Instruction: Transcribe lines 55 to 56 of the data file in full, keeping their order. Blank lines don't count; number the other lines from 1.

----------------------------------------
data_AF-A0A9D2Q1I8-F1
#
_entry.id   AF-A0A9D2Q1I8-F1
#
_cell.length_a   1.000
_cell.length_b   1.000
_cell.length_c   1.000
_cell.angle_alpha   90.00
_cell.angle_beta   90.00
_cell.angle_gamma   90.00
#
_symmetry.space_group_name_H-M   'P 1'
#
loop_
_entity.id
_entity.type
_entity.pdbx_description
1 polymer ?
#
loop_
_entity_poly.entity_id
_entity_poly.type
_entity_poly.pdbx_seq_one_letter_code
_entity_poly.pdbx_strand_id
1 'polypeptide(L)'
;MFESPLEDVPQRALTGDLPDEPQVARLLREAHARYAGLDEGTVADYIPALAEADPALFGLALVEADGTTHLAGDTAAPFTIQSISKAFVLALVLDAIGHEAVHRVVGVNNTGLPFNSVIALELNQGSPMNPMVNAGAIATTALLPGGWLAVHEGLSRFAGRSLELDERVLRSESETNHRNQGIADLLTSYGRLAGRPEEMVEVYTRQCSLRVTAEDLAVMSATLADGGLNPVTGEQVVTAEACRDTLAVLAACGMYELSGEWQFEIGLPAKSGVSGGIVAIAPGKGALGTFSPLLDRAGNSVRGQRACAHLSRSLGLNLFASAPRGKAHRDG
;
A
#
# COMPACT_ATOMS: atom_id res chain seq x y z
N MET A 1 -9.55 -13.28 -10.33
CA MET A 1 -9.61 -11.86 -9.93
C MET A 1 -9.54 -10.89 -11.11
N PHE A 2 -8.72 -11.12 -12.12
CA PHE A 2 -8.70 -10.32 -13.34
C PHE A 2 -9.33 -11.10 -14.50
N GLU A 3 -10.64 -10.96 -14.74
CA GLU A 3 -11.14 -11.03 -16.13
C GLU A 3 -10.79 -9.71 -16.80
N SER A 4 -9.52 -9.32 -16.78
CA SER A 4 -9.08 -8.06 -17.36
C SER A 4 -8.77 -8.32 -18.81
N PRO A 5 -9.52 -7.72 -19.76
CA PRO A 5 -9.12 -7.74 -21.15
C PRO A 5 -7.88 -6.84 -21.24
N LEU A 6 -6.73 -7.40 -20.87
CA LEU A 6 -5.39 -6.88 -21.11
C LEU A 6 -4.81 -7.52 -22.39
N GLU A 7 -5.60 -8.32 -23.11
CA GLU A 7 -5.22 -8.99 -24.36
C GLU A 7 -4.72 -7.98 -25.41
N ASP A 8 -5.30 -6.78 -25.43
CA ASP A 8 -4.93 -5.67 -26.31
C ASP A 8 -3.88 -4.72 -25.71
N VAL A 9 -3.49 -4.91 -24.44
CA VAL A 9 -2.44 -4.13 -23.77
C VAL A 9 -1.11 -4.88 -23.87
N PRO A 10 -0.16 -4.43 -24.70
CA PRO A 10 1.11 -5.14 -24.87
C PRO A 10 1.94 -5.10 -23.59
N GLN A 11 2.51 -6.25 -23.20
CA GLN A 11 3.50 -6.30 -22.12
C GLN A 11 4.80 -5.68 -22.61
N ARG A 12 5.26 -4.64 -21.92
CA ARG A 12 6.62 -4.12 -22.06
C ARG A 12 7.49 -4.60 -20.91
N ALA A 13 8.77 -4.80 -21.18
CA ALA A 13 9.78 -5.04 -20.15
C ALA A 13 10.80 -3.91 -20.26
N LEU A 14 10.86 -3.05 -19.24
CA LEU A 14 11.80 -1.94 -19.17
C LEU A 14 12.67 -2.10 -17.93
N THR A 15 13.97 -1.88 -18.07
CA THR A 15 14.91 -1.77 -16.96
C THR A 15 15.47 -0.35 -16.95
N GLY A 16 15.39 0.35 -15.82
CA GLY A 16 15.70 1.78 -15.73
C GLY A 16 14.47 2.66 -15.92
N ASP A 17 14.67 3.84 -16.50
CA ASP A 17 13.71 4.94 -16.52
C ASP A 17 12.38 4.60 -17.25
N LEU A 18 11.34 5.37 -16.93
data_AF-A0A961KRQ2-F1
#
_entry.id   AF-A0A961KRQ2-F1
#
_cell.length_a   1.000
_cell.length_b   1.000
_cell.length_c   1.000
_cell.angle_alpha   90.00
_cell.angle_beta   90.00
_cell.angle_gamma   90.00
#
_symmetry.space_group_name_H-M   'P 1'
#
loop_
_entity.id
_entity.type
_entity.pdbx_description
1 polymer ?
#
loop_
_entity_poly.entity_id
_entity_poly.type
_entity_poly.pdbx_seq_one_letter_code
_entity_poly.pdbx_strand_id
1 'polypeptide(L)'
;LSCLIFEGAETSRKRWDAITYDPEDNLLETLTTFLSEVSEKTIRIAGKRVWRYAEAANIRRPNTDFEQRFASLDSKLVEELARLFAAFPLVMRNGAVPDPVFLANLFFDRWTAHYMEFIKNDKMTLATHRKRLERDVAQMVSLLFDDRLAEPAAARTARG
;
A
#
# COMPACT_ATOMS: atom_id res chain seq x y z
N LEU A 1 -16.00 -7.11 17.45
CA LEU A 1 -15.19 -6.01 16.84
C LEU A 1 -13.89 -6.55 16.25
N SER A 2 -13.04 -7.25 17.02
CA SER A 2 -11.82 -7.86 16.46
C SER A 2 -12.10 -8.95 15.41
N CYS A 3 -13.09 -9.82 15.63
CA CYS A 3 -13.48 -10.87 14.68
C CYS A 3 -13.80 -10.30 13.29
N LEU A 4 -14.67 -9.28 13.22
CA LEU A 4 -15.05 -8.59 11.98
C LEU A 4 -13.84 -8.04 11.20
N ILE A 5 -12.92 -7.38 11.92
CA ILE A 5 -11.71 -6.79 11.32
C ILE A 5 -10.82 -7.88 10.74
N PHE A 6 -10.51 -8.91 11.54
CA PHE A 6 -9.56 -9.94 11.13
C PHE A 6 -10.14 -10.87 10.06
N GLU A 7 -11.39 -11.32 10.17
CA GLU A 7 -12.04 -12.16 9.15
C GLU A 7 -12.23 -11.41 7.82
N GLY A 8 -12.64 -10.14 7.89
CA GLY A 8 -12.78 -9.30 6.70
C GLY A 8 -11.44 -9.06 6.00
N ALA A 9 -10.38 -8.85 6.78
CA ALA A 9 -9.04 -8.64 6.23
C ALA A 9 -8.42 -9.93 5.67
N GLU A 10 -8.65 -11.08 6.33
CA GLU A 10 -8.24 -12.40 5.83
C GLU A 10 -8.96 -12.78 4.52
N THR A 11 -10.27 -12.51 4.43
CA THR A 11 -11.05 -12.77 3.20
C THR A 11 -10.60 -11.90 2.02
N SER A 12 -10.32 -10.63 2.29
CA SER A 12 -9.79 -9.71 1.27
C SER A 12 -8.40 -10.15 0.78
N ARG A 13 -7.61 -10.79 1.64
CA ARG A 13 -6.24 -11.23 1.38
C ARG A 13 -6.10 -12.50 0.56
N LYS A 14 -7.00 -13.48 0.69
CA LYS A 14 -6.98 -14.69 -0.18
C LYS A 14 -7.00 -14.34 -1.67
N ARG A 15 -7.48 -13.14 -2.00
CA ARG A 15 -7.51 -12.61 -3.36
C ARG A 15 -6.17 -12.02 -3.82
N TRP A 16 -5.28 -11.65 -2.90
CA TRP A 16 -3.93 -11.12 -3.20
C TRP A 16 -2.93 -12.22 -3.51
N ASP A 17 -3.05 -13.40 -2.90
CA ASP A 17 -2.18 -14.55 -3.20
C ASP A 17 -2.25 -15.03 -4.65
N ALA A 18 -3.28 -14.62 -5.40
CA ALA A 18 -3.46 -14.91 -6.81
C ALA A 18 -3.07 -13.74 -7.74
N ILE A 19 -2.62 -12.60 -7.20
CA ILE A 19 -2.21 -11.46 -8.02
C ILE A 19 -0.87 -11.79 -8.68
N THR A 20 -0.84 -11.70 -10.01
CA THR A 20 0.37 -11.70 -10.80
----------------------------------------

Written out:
N VAL A 9 -3.49 -4.91 -24.44
CA VAL A 9 -2.44 -4.13 -23.77